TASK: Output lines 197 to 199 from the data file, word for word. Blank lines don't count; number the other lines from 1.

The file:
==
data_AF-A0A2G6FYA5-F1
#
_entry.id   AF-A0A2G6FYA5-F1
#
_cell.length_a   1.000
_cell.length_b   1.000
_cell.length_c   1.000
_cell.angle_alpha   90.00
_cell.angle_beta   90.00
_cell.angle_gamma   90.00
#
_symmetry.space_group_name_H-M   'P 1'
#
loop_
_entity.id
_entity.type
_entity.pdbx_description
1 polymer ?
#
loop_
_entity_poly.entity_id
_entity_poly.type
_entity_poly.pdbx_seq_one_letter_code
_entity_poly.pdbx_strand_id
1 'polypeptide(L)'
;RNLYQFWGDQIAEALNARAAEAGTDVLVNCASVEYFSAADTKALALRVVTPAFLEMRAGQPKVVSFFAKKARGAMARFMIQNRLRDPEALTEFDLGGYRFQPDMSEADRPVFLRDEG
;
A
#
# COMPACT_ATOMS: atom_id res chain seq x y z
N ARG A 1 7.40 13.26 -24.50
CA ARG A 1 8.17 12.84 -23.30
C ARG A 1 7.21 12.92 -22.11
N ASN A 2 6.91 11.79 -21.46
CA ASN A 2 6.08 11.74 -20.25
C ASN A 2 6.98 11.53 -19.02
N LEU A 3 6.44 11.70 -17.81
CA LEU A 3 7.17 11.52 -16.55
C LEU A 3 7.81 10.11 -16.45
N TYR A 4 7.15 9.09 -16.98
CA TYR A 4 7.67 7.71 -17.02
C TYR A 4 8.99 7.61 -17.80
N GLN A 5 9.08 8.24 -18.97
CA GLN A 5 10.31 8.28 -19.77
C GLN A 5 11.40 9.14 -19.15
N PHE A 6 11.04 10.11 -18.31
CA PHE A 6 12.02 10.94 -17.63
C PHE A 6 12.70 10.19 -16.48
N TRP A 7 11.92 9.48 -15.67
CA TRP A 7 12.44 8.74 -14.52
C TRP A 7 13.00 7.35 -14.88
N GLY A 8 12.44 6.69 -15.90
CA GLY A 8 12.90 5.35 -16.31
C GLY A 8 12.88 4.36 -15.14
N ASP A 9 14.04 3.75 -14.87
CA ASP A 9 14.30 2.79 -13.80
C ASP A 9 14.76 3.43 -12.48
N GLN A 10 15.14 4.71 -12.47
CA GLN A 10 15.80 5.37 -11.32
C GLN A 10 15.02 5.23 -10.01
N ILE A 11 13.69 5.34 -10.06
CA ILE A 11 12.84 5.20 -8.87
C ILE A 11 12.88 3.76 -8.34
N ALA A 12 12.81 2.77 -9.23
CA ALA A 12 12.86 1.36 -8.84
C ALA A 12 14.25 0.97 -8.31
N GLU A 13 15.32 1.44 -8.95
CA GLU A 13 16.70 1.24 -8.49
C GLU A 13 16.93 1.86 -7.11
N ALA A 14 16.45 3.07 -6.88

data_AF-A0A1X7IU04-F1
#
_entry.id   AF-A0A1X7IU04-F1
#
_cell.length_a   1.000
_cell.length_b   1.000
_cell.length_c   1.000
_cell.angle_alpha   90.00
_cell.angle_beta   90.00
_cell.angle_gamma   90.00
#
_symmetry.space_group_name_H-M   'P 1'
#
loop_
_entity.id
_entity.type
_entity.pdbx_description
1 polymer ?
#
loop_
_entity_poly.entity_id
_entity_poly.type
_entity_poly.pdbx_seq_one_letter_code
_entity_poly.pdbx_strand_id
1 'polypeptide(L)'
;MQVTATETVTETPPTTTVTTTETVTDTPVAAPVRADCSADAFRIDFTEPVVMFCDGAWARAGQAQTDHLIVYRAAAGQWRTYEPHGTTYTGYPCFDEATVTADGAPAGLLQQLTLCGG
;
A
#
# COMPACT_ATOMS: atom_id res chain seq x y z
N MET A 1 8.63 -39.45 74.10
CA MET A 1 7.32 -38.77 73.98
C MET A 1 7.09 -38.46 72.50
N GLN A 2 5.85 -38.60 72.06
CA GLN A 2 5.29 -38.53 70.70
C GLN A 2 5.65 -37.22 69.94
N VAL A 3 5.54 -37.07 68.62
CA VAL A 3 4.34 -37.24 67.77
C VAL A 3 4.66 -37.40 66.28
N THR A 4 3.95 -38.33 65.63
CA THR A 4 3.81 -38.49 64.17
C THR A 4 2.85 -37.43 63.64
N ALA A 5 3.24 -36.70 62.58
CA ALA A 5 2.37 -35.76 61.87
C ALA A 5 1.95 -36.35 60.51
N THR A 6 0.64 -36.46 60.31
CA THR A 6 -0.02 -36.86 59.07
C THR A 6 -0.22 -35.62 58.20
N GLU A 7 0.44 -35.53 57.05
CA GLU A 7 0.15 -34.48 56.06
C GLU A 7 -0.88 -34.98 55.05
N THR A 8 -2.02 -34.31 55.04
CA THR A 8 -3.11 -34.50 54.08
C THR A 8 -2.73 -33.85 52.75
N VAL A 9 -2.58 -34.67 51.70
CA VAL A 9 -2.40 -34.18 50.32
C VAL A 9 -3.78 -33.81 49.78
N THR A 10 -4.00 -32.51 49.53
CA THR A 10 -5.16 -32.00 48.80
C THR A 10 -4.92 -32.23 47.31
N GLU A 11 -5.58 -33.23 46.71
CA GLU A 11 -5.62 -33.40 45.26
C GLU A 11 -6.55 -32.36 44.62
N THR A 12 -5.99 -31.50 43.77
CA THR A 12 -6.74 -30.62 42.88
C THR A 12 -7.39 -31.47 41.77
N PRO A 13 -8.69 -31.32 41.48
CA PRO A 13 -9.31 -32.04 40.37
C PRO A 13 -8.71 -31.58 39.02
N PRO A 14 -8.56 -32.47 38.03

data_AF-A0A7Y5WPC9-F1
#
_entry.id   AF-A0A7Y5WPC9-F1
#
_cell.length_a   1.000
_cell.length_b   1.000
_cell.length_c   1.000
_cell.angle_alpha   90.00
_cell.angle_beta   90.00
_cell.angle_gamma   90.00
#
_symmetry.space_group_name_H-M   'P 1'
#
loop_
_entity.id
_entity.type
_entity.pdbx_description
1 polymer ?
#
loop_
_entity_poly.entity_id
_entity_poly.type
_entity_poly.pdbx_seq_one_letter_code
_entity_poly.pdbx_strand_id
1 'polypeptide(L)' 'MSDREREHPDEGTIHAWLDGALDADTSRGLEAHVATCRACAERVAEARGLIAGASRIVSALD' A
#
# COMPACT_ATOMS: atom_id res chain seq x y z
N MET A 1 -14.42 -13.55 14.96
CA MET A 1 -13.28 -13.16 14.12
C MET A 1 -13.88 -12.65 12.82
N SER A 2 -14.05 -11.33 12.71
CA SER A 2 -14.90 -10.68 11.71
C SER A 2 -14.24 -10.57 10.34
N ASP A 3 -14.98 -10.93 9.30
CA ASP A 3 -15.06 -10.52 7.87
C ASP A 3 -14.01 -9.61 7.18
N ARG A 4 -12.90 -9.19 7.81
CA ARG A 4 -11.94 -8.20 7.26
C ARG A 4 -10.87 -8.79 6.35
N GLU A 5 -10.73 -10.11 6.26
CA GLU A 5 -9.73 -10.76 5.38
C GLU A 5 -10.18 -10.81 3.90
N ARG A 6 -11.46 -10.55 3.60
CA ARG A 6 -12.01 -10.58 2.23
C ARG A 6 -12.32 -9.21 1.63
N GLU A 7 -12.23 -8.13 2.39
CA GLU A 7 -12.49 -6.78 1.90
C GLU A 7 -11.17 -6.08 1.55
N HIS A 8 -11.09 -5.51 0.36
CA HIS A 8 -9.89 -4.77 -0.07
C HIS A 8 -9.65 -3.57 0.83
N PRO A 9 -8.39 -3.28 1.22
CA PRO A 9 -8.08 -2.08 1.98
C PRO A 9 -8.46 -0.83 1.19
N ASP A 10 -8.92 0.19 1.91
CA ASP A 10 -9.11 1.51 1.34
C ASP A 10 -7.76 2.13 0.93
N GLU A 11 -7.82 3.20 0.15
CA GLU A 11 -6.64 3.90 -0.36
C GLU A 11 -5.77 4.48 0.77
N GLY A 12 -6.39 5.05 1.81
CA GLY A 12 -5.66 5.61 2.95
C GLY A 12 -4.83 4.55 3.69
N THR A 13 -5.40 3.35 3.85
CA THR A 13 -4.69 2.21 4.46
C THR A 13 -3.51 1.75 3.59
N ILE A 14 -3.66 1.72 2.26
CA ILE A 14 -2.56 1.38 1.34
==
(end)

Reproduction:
C ASP A 10 -7.76 2.13 0.93
N GLU A 11 -7.82 3.20 0.15
CA GLU A 11 -6.64 3.90 -0.36